When I woke up on the same Saturday that Darren speaks to here (but two hours later than he did), I shuffled out into the living room, my eyes still opening and my bedhead reaching new heights, to see him writing. He acknowledged me but kept on typing, as if he could not get the words out fast enough. (As a writer, few things make me more envious than that.)
I love that he writes to process big feelings. I appreciate that he wants to be a part of what I am doing here, and that he is willing to so vulnerably and beautifully share himself in this space. We have big dreams of writing together in the future, but I think this is a wonderful start in giving you all a peek into who this guy is that I so often write about.
This is [a piece of] his story. It tells of brokenness, pain, disappointment, resilience, healing, and oh-so-much faith. I don’t know that I’ve ever met a peer with a faith like his (he is so much like my father); his faith teaches me and encourages me when I am in my most grounded moments. Sometimes, yes, it makes me want to rip my hair out because I just cannot imagine how “God is here? We’ll survive this? There is a bigger picture?”
Darren is a gift to me, and I know his deep faith brings life to those around him. Good people, I’m so honored to introduce you to my husband…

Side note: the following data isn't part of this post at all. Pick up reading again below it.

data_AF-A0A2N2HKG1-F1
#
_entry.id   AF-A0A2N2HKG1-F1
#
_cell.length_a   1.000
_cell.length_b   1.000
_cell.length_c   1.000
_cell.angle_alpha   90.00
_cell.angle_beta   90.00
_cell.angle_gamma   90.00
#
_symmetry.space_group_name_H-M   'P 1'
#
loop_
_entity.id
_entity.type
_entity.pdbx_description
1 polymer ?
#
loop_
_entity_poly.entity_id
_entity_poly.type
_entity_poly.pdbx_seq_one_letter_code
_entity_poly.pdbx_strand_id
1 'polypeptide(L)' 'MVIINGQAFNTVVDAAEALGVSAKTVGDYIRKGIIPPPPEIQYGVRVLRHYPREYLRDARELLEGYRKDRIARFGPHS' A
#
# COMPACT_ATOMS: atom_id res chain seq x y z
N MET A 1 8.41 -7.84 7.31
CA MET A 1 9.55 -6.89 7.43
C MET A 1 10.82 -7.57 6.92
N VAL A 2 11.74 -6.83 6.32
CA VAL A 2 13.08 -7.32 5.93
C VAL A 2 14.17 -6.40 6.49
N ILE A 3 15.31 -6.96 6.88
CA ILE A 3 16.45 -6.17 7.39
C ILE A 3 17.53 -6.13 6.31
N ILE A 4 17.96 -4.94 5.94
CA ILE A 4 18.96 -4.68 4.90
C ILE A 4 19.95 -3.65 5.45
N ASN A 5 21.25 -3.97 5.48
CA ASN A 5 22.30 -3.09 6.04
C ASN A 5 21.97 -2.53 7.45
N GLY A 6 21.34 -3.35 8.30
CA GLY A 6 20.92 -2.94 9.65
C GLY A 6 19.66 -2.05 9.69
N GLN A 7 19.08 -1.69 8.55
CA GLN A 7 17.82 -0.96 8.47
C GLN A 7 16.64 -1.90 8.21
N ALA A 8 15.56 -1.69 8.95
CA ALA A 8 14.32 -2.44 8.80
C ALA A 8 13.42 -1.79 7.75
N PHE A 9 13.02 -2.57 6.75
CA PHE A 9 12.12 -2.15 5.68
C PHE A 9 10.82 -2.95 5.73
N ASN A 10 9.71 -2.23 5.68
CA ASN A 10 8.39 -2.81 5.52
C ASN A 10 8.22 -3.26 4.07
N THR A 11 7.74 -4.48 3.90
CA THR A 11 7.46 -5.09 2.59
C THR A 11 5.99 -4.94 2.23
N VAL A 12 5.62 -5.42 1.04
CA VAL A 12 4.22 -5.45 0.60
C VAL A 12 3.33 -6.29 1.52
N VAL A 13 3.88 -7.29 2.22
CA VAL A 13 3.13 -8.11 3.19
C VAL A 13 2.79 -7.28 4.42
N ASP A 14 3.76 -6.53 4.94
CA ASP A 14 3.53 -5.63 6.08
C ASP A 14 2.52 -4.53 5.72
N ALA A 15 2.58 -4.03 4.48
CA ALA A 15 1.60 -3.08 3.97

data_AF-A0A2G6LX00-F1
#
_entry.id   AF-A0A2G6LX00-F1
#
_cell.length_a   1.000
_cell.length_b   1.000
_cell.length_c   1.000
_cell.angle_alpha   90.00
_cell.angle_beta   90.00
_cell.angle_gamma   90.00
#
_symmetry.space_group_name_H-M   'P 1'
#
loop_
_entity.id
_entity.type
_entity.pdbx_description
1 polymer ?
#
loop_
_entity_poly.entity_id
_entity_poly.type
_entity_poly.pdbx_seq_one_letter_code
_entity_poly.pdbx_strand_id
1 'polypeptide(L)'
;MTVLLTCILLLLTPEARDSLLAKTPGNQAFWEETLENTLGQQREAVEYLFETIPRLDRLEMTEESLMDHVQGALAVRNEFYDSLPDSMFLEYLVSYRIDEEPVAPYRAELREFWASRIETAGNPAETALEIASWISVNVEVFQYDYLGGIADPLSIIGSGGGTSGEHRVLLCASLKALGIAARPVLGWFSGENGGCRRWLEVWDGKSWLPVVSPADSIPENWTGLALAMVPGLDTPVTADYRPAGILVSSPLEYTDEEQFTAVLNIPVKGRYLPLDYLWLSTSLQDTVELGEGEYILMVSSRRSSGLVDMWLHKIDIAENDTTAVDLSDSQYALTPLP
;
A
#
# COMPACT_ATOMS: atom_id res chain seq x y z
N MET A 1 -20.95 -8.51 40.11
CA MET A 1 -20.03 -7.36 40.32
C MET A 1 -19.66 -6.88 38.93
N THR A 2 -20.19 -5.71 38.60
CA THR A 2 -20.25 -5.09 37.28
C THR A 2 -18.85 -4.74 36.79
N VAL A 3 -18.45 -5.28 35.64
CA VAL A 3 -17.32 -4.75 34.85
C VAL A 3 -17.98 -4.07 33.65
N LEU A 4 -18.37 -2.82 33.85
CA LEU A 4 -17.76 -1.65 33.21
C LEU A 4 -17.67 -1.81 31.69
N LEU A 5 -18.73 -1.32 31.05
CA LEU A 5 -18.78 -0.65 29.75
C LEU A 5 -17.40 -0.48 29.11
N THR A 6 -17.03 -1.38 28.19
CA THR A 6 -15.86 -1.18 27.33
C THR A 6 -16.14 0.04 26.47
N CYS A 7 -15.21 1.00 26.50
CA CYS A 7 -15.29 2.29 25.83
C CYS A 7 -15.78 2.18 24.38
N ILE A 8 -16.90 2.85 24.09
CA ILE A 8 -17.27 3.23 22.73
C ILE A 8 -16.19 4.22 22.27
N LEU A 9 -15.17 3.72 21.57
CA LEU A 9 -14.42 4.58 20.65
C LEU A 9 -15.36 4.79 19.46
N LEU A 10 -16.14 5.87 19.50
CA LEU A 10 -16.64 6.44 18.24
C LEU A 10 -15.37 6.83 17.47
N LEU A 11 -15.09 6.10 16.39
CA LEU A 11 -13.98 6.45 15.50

Dog puke is not especially loud. It isn’t like Roger, our one-year-old beagle, yells out “Oh, man, hold my hair!!” and proceeds to wretch out last night’s dinner. No, it’s only a tiny, faint smack from him opening his mouth particularly wide. It was enough to shock me out of sleep this morning before 6am. On a Saturday. I cleaned up the mess on our comforter, tried to go back to sleep, quickly gave up, and opened the ESPN app on my phone to start the day.
And I couldn’t be happier.
It may be that I am a natural optimist, so things tend to roll off my back—or that life has just been really good for a few years. Mallory and I have been married for less than a year and we don’t yet have all of the typical “grown-up” responsibilities that many others do. We rent an apartment, are kid-less, don’t have stress-inducing jobs, and have wonderful families and friends. Again – life is good. Now, we do have our fair share of grown-up, rocky past experiences, which include damaging relationships with dismissive partners, divorce, debt, demeaning jobs, depression, addiction, insignificance, and self-destructive behavior.
Life can be cruel, swift, and ruthless. But…
Those circumstances are painful and were extremely difficult to walk through. But…
Some days seemed too much before they even started. But…
Some of those experiences still have a practical, noticeable impact on our lives. But…
For me, there is always hope and a quiet understanding that life is bigger than whatever I’m currently facing. The “big picture” is incredibly comforting and stabilizing for me. I personally anchor myself to the truth that a season doesn’t last forever, and I’ll likely have more chances to find contentment again. This may not be something you can relate to in your process, but it offers me so much perspective.